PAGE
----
For Robert W. Jackson, 26, the Navy hasn’t just been a job. It’s been an adventure, but not the kind promised by the recruiting posters. Last month he watched from the San Diego shoreline as his ship, the giant aircraft carrier USS Kitty Hawk (shown right), left port on a six-month mission. Jackson had been granted shore leave and a transfer a few days earlier, after telling Navy investigators and his congressman that he feared fellow crew members would make good on their threats to kill him. A petty officer second class, Jackson has become a first-class whistle-blower whose allegations of fraud and waste threaten to torpedo the powerful Navy bureaucracy. “The attitude on that ship is, ‘It’s only the taxpayers’ money,’ ” he says. “We’ve all been ripped off.”
When he reported to the Kitty Hawk’s antisubmarine warfare division in September 1983, Jackson recalls, “They said, ‘Here, you’re the bookkeeper; here are all the books.’ ” He had served an earlier three-year hitch (1977-80) and decided to re-enlist after his marriage and finances fell apart. As a civilian he had worked for insurance companies, acquiring bookkeeping skills the Navy valued.
After several months of intense study, Jackson had the Kitty Hawk’s arcane bookkeeping system fully deciphered. Having grown up as one of eight children in a family of modest means, he was outraged by the free-spending of budgeted funds. He developed a strict bookkeeping system then used it to save, he claims, “thousands of dollars.”
His work did not go unnoticed. In his evaluation for June to December 1984, Jackson was given a 4.0 rating, the Navy’s highest mark. “Petty Officer Jackson’s high levels of initiative and personal performance,” the report stated, “far exceed those expected of a junior petty officer.” He was given increasing accounting responsibilities until, he says, by late December 1984, he was overseeing more than 250 bookkeepers.
Jackson began helping them with their work. As the men grew to trust him, he says, “They started telling me things.” Gradually, says Jackson, he realized that the carrier’s supply system was riddled with fraud, corruption, theft and waste, which were covered up by forged records and perfunctory investigations. The chain of command did not respond to his repeated requests for corrective action, Jackson charges.
He learned, for instance, that the engineering department had exceeded its budget by over 66 percent in a single quarter. In January 1985 he reported that he’d found a total of $2.4 million in expenditures that had not been entered on the ship’s books, but no action was taken.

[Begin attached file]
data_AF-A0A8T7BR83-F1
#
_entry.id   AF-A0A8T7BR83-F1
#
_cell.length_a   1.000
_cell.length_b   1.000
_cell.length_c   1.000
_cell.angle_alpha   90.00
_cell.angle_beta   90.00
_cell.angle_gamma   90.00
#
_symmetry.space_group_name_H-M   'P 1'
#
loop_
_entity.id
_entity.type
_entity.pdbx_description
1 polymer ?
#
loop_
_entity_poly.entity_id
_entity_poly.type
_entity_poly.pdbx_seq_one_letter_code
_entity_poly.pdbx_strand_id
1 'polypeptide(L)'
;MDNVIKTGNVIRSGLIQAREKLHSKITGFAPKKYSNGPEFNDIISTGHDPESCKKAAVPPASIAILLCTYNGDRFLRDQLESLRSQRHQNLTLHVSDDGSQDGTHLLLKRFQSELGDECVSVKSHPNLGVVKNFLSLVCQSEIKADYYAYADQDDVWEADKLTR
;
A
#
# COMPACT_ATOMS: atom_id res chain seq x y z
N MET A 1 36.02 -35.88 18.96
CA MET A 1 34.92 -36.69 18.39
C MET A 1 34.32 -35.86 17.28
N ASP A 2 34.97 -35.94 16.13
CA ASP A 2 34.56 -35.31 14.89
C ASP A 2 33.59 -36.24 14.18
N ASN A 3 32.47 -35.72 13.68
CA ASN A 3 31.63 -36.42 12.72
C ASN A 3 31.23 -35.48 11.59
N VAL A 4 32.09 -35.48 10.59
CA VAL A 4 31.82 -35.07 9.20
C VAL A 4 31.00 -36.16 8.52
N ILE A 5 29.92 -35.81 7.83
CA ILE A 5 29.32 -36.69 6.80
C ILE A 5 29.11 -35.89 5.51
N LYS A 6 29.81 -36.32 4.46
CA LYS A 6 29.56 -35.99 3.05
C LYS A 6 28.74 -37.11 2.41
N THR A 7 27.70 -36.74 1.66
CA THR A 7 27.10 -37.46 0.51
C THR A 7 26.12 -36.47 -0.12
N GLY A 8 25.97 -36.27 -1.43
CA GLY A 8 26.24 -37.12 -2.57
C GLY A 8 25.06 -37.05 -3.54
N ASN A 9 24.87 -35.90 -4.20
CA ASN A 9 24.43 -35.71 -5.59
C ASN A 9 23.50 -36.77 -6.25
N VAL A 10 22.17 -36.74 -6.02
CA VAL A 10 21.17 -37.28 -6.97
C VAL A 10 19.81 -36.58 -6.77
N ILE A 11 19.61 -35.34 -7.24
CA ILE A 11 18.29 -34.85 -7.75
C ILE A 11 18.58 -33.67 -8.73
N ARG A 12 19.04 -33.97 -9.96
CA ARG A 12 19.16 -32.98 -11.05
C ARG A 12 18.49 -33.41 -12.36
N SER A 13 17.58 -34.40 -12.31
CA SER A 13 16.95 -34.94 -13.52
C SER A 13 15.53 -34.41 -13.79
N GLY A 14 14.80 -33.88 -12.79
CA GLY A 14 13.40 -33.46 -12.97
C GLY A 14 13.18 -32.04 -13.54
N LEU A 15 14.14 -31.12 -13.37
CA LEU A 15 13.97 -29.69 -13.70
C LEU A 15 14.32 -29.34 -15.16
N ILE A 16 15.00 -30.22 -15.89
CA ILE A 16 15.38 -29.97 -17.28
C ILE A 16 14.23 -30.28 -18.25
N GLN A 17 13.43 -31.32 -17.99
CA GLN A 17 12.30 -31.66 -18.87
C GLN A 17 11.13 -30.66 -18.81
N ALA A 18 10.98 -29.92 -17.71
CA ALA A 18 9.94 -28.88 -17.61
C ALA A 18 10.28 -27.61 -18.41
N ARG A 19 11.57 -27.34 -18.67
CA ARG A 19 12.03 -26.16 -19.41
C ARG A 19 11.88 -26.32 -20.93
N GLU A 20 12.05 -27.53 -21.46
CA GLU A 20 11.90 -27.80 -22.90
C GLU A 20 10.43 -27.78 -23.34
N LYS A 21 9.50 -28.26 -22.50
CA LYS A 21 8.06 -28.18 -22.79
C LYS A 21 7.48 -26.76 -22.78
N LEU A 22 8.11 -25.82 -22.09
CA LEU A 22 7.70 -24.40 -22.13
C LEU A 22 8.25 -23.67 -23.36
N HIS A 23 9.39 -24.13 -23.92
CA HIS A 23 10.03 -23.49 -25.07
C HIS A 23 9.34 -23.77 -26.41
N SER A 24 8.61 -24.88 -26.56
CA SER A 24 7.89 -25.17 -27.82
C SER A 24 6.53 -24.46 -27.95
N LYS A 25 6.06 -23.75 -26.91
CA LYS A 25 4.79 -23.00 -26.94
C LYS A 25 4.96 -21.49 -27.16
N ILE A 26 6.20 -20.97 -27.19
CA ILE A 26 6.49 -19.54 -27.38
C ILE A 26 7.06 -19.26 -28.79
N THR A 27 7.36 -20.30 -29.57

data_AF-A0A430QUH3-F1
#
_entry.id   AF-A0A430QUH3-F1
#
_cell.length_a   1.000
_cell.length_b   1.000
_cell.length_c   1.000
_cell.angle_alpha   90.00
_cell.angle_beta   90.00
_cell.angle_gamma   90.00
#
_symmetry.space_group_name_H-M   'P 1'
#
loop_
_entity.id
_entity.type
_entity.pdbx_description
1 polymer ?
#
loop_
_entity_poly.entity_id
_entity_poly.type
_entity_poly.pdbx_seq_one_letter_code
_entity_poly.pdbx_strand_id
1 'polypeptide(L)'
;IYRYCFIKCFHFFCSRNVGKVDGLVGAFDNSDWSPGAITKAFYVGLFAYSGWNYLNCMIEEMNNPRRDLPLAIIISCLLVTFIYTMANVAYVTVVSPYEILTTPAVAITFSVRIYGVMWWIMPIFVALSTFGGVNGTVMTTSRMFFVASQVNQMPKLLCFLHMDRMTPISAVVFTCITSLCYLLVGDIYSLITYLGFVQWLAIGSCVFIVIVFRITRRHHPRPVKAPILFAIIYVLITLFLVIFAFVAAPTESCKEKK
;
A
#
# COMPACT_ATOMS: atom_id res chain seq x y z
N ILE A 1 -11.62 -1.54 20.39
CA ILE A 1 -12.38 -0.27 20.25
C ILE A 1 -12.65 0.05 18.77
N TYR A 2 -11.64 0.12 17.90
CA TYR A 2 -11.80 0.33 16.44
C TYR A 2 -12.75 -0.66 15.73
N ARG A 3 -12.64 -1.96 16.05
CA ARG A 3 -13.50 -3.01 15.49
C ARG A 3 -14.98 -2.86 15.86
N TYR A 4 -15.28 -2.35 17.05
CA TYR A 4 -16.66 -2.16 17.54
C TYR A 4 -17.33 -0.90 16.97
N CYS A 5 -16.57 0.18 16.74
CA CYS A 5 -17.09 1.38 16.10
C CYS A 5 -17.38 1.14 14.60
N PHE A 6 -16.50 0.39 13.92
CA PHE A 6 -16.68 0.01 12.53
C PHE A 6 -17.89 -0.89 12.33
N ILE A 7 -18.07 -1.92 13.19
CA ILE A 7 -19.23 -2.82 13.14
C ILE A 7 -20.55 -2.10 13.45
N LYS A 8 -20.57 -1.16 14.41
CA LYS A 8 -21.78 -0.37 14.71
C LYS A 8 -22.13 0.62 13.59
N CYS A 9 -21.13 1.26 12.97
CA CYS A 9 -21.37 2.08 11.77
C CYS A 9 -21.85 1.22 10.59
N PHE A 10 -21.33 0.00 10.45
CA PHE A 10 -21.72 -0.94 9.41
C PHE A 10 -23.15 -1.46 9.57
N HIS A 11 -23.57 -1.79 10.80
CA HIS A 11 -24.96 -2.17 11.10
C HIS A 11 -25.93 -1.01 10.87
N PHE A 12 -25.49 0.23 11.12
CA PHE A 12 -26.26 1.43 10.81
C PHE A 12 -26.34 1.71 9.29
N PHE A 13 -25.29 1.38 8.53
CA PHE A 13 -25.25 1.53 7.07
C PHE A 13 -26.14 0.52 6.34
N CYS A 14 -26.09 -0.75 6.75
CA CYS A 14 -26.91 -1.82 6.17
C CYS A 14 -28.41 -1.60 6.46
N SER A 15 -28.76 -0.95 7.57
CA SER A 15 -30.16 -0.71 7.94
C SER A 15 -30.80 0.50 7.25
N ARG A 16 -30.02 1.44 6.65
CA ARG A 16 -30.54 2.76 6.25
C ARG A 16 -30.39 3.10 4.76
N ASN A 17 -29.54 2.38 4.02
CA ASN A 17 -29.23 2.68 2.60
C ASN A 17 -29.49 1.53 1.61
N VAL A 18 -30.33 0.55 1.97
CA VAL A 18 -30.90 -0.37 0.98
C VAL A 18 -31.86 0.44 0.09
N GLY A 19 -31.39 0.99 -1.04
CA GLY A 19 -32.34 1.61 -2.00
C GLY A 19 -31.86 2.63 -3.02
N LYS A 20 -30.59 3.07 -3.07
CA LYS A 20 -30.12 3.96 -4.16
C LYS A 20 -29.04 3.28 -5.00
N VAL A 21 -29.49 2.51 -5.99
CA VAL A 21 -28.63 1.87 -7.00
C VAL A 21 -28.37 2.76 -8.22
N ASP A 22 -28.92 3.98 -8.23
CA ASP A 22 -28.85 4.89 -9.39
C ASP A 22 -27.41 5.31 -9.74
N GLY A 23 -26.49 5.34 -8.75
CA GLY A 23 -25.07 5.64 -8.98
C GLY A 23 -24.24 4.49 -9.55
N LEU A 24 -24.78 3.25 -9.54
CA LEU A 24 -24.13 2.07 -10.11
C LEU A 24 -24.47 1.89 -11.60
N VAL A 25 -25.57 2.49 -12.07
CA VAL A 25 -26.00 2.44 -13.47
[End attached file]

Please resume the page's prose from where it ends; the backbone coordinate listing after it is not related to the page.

According to some of the 100 or so informants Jackson claims to have cultivated, Kitty Hawk sailors were able illegally to requisition 31 nine-pound silver bars, worth about $535 each. The scam came to light, says Jackson, only when a sailor was caught trying to trade one bar for drugs in a private deal.
A great deal of what was logged on the books either didn’t stay aboard very long or never arrived. Jackson says he and his colleagues were routinely ordered to fill out “survey forms” affirming that equipment had been lost or damaged without determining what had actually become of it. In some cases, Jackson says, the items had been deep-sixed in Kitty Hawk’s Pacific cruising grounds. If an officer wanted a new desk, he’d simply heave his old one into the sea. If a sailor didn’t feel like polishing an $85 fire nozzle, he’d drop it into the drink.
Some equipment may have been smuggled off the Kitty Hawk to supply the military needs of enemies. Jackson says he found survey forms that may explain how nearly $2 million in missing aircraft parts got that way. Last month seven people, including a supply specialist on the Kitty Hawk, were indicted in San Diego on charges of stealing matériel, including Phoenix missile components and critical parts for F-14 fighter jets, and smuggling it to Iran.
“It got to the point where I couldn’t stomach it anymore,” Jackson says. Early this year he began squirreling away documentary evidence of improprieties and removing it from the ship, 15,000 pieces in all. Finally, in June, he went to the Naval Investigative Service, dropped a stack of evidence on a desk and said, “Somebody’s going to prison on this one.”
As it turns out, Jackson now fears, that somebody could be himself. Navy officials have suggested that his evidence may constitute stolen government property. Commander Tom Jurkowsky, spokesman for the Pacific Fleet Naval Air Force, notes that Jackson “is not really an auditor…. He is not an accountant in the Navy sense…. He’s not even trained as a supply clerk.” The Navy will make no comment on Jackson’s allegations, said Jurkowsky, but is investigating. Jackson complains that the NIS has “lost evidence, exposed informants and begun a cover-up.” On June 12 he voiced his concern to an investigator. “I said, ‘You’re not going to send me on an aircraft carrier in the middle of the ocean after you tell the commander I’ve blown the whistle, ’cause I’m going to wind up dead.’ ” Fearing violence or official reprisals, he retained two civilian lawyers and sought the help of Rep. Jim Bates (D.-Calif.) in obtaining a transfer to the safety of San Diego’s Miramar Naval Air Station.
The San Diego Union reported that some crew members described him as “an embittered and ‘evangelistic’ troublemaker who greeted [them] with the sign of the cross.” Jackson is proud to describe himself as “a Christian,” attributing the strength that enables him to take on the Navy to his faith in God and his love for his country.
Late last month the Navy announced that it could not account for about $14 million worth of Kitty Ha wk supplies.